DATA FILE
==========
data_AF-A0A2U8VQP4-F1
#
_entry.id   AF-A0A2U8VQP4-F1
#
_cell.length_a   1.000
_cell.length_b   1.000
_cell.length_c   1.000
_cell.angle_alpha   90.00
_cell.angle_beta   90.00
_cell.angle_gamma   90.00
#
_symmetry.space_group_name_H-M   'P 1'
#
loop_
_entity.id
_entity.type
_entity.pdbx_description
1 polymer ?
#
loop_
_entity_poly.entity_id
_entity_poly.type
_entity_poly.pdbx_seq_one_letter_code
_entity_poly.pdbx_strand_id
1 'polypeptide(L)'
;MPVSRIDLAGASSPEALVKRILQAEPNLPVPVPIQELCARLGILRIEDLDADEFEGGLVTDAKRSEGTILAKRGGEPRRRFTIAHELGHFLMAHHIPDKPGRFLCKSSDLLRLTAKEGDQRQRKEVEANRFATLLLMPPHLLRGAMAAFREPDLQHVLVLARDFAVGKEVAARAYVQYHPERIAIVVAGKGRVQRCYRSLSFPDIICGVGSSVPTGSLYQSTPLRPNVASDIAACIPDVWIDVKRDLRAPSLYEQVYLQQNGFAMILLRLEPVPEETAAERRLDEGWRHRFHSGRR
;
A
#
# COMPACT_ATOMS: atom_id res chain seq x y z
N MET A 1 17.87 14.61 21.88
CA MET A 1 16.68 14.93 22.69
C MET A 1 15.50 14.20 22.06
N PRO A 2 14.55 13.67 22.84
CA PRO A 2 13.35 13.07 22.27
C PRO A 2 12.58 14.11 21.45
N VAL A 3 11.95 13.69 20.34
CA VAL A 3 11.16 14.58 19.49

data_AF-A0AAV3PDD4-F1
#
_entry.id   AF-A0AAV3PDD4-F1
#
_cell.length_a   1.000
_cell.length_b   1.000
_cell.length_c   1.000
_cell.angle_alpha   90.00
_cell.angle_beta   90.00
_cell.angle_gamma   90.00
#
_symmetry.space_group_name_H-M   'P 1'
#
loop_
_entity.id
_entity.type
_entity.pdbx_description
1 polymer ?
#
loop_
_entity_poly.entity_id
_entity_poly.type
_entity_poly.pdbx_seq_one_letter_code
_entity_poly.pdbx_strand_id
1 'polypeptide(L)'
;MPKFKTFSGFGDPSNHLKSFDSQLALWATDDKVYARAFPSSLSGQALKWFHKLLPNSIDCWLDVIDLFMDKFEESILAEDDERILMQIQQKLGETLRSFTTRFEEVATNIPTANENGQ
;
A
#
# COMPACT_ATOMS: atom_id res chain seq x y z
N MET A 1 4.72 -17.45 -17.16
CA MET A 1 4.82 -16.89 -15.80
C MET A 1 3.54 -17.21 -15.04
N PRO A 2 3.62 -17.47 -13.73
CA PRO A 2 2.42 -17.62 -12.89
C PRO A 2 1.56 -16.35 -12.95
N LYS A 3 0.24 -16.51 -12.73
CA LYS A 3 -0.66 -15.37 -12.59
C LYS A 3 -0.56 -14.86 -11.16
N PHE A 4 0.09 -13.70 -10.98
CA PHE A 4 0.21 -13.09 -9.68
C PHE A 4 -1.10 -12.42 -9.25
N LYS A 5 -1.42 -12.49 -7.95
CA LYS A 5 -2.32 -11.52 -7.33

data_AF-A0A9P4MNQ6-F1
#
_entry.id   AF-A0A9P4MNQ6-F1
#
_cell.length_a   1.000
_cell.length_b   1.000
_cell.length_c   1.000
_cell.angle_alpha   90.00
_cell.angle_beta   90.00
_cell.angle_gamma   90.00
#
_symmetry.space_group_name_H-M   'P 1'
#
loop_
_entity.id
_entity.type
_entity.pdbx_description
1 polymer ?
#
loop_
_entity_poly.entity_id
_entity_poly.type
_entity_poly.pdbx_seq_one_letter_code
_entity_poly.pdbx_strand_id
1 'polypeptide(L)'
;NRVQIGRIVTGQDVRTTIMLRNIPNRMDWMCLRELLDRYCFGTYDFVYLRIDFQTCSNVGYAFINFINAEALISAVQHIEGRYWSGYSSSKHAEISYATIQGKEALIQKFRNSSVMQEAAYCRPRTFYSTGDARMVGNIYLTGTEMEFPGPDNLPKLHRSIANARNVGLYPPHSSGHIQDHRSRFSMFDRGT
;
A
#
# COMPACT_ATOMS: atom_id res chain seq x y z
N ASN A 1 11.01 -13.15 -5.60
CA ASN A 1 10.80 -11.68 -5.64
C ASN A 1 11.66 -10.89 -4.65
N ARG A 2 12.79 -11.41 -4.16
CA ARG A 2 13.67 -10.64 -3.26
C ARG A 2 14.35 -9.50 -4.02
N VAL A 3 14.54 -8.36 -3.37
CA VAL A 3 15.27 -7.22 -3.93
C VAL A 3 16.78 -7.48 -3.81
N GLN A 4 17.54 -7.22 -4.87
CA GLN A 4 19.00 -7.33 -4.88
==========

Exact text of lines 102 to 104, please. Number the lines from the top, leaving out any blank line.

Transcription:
loop_
_entity_poly.entity_id
_entity_poly.type